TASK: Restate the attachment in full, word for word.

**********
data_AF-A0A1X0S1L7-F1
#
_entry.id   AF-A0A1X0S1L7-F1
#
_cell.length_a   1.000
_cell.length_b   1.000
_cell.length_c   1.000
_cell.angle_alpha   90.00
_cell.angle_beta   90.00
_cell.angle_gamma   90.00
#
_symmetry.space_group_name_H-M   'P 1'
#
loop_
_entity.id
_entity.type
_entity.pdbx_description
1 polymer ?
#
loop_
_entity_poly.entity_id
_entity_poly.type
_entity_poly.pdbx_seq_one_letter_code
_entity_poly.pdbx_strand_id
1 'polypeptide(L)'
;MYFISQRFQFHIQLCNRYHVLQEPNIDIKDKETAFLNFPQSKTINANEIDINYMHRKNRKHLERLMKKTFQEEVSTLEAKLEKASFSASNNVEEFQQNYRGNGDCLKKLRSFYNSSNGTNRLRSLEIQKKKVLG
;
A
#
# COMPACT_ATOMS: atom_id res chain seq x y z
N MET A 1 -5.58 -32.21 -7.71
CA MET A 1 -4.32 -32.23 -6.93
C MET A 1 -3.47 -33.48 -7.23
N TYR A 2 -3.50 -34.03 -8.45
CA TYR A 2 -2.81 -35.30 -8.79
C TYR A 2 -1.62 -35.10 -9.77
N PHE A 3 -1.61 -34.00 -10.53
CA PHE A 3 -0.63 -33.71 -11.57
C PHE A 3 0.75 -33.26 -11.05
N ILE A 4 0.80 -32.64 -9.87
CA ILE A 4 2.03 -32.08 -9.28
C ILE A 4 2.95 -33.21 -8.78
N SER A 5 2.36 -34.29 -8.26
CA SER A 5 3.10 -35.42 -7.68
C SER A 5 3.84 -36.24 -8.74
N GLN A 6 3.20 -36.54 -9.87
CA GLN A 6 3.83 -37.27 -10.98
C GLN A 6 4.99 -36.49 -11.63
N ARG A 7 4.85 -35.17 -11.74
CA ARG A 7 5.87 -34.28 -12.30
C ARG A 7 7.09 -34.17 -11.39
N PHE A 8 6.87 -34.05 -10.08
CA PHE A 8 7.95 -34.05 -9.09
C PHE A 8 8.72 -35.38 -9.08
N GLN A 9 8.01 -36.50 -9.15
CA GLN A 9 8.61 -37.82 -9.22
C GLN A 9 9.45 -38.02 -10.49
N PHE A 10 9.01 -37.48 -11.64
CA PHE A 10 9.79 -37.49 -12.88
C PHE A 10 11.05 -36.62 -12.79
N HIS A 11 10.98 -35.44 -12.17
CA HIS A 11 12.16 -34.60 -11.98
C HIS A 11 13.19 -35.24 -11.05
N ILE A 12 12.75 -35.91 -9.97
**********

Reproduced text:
data_AF-A0A1X0S1L7-F1
#
_entry.id   AF-A0A1X0S1L7-F1
#
_cell.length_a   1.000
_cell.length_b   1.000
_cell.length_c   1.000
_cell.angle_alpha   90.00
_cell.angle_beta   90.00
_cell.angle_gamma   90.00
#
_symmetry.space_group_name_H-M   'P 1'
#
loop_
_entity.id
_entity.type
_entity.pdbx_description
1 polymer ?
#
loop_
_entity_poly.entity_id
_entity_poly.type
_entity_poly.pdbx_seq_one_letter_code
_entity_poly.pdbx_strand_id
1 'polypeptide(L)'
;MYFISQRFQFHIQLCNRYHVLQEPNIDIKDKETAFLNFPQSKTINANEIDINYMHRKNRKHLERLMKKTFQEEVSTLEAKLEKASFSASNNVEEFQQNYRGNGDCLKKLRSFYNSSNGTNRLRSLEIQKKKVLG
;
A
#
# COMPACT_ATOMS: atom_id res chain seq x y z
N MET A 1 -5.58 -32.21 -7.71
CA MET A 1 -4.32 -32.23 -6.93
C MET A 1 -3.47 -33.48 -7.23
N TYR A 2 -3.50 -34.03 -8.45
CA TYR A 2 -2.81 -35.30 -8.79
C TYR A 2 -1.62 -35.10 -9.77
N PHE A 3 -1.61 -34.00 -10.53
CA PHE A 3 -0.63 -33.71 -11.57
C PHE A 3 0.75 -33.26 -11.05
N ILE A 4 0.80 -32.64 -9.87
CA ILE A 4 2.03 -32.08 -9.28
C ILE A 4 2.95 -33.21 -8.78
N SER A 5 2.36 -34.29 -8.26
CA SER A 5 3.10 -35.42 -7.68
C SER A 5 3.84 -36.24 -8.74
N GLN A 6 3.20 -36.54 -9.87
CA GLN A 6 3.83 -37.27 -10.98
C GLN A 6 4.99 -36.49 -11.63
N ARG A 7 4.85 -35.17 -11.74
CA ARG A 7 5.87 -34.28 -12.30
C ARG A 7 7.09 -34.17 -11.39
N PHE A 8 6.87 -34.05 -10.08
CA PHE A 8 7.95 -34.05 -9.09
C PHE A 8 8.72 -35.38 -9.08
N GLN A 9 8.01 -36.50 -9.15
CA GLN A 9 8.61 -37.82 -9.22
C GLN A 9 9.45 -38.02 -10.49
N PHE A 10 9.01 -37.48 -11.64
CA PHE A 10 9.79 -37.49 -12.88
C PHE A 10 11.05 -36.62 -12.79
N HIS A 11 10.98 -35.44 -12.17
CA HIS A 11 12.16 -34.60 -11.98
C HIS A 11 13.19 -35.24 -11.05
N ILE A 12 12.75 -35.91 -9.97